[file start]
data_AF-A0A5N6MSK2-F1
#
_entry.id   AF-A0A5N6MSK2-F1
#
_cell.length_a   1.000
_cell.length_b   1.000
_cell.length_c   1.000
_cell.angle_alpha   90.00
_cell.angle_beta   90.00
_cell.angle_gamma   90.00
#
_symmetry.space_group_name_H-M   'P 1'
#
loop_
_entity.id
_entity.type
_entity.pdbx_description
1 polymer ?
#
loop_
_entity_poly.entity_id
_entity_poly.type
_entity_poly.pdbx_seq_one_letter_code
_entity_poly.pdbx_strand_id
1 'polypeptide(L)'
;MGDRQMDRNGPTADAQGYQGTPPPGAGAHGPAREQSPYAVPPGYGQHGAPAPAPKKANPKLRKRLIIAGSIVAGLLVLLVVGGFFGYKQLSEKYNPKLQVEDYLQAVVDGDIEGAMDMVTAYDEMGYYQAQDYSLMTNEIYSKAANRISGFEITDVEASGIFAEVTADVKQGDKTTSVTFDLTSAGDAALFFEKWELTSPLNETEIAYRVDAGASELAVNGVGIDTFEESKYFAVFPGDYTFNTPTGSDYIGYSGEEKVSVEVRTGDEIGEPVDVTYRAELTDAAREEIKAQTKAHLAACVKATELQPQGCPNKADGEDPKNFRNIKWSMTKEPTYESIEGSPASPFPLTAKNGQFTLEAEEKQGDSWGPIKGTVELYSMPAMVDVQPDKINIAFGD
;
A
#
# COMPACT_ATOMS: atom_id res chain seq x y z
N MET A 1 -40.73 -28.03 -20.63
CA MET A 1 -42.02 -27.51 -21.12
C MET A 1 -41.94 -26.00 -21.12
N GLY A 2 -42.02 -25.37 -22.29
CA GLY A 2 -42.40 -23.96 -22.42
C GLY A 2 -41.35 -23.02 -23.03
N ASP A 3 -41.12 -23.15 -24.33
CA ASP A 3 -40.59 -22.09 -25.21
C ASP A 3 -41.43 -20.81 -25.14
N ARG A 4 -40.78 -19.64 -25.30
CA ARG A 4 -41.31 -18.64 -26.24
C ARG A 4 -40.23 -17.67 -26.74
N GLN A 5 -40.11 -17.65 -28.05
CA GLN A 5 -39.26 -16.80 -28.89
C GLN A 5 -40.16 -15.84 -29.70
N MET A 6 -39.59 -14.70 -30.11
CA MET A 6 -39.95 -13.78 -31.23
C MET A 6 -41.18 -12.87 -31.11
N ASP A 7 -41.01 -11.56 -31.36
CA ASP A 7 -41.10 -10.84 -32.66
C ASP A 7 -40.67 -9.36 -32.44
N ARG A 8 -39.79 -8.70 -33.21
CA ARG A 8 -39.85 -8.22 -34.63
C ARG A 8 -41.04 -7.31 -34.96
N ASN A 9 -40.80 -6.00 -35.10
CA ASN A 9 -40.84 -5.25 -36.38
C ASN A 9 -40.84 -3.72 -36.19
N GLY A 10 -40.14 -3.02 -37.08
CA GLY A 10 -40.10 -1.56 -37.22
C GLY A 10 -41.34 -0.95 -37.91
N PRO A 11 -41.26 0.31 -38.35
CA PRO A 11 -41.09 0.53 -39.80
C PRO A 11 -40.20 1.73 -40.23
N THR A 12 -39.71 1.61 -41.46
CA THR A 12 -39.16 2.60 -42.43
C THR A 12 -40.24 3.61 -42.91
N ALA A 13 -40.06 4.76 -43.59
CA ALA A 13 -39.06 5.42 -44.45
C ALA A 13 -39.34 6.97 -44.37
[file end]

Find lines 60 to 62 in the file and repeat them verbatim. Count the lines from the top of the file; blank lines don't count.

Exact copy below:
C GLY A 10 -41.34 -0.95 -37.91
N PRO A 11 -41.26 0.31 -38.35
CA PRO A 11 -41.09 0.53 -39.80